Gas Phase Measurements Demystified!

The blog is on vacation this week. Here is an earlier post that was popular.

I don’t think there is anything more confusing than the units used when measuring gases dissolved in liquid compared to the units used when measuring in the gas phase.  Here is one more post on CO2 before I completely exhaust the topic – pun intended. Let’s see if I can make it clear.

Dissolved gas is always expressed in terms of weight per volume. When someone says that they have 10 ppb or 0.01 ppm of dissolved gas in their beer, what they really mean is that they have 10 micro grams per liter or 0.01 milligrams per liter dO2 content.  Again: this is gas expressed as weight of gas per liter.

Gas phase measurements, on the other hand, are always expressed as a volume of gas per volume of total gas. This can be in units of percent, bar (volume barometric,) mbar, atmosphere, or — the two most confusing units of all – ppm and “%CO2 purity.” Lets talk about those two:

  • Gas phase ppm is a comparison of the gas being measured to all of the gasses in the sample. If you have 100% O2, then you will have 1,000,000 ppm O2. Since it is cumbersome to talk about 1% or more as ten thousand parts per million, we use units of percent. But when we get to trace levels below 0.1%, then we start throwing around units of ppm.
  • Percent CO2 purity is all of the gas being measured that is only CO2. Here’s a table to help you sort it out.
Unit of Measurement O2 Content O2 Content O2 Content O2 Content O2 Content
Percent 100 1.0 0.1 0.01 0.001
bar 1.013 0.010 0.001 0.0001 0.00001
mbar 1013 10.13 1.01 0.10 0.01
ppm 1,000,000 10,000 1000 100 10
Atmosphere (ATM) 1.0 0.01 0.001 0.0001 0.00001
% CO2 Purity 0 95.0 99.5 99.95 99.995

Did you follow? Just in case I lost you, %CO2 purity assumes that all of the impurity in CO2 is air.  Since nitrogen comprises 4/5th of air, you have to take the oxygen content, add back in the nitrogen, and subtract all the air from the 100%.

My final thought is to add just a tad more data to compare ppm dissolved to ppm gas phase. Here’s a quick test: if you measure CO2 gas with an instrument reading, in the liquid phase, 0.001 ppm or 1 ppb dO2 at 20 deg C, what would be the equivalent gas phase reading?  At 20 deg C, the O2 content in the gas would be about 22 ppm. In terms of %CO2 purity, that would be about 99.99%.


Frivolous Friday Fun – Plastic Bag Bottle


This post caught my eye, because the brewing industry always waits and is careful about introducing new packaging ideas due to oxidation concerns.  Coca-Cola and one of their suppliers have developed a biodegradable bag for dispensing soda in countries where people don’t want to pay the deposits on bottles.  Like PET for stadium and beach sales, will bags ever get high-tech enough for beer?  There is a link to the story and video on the bag here.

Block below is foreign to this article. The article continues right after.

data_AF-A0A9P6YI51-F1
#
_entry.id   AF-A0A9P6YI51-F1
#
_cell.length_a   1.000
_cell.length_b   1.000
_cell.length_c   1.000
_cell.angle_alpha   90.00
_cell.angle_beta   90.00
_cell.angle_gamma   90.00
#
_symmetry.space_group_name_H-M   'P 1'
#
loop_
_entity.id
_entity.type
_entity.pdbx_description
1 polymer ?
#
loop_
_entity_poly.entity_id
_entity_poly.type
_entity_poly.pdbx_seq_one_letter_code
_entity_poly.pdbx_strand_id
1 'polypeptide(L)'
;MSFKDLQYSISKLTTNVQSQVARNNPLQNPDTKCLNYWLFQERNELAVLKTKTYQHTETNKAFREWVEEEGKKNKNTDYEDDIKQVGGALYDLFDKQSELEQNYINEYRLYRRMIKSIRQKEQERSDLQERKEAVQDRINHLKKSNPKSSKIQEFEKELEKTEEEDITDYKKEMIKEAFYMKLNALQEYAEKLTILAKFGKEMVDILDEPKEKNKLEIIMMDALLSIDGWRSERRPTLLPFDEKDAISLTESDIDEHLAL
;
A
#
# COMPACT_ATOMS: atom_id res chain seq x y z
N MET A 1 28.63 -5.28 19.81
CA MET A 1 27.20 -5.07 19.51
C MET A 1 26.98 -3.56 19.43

Tips for Getting Accurate Portable Dissolved Gas Measurements


My last post was about getting accurate in-line gas measurements. There is a link to that post here. Today I’m going to follow-up with some tips on how to achieve accurate portable results.

Portable measurements are a tad more forgiving and easier to accomplish than in-line measurements. You don’t have as many sensor placement restrictions and you can measure in vessels, as opposed to using an in-line probe that needs flow. Here are the main things to remember:

  1. Just as with in-line probes, all of the gasses in your beer — the CO2 and O2 that will be in contact with the sensors — need to be clear and in solution. If there is degassing in the flow chamber then you will probably get lower than expected results.
  2. Even though you are not measuring in-line, you still need to deal with flow in the flow chamber of your instrument. Portable electrochemical oxygen sensors have specified flow rates. If you deliver the sample too slowly or too quickly, the readings will be underestimated. Slow flow will not feed sufficient product to the sensor to satisfy the requirements of the sensor’s electrochemistry. High flow may result in product degassing.
  3. Optical sensors are much more forgiving and require less flow than electrochemical sensors. The instruments used with most optical probes are designed to free you from worry about flow as long as there’s sufficient backpressure on the systems to keep them from degassing.

My final thought is to remember that different analyzers have different functions, and you may need more than one to instrument to get full control over your dissolved gasses. You can’t go wrong with a good electrochemical analyzer, but optical sensors give you a different type of flexibility, and might be the next step in a well-rounded instrument collection.

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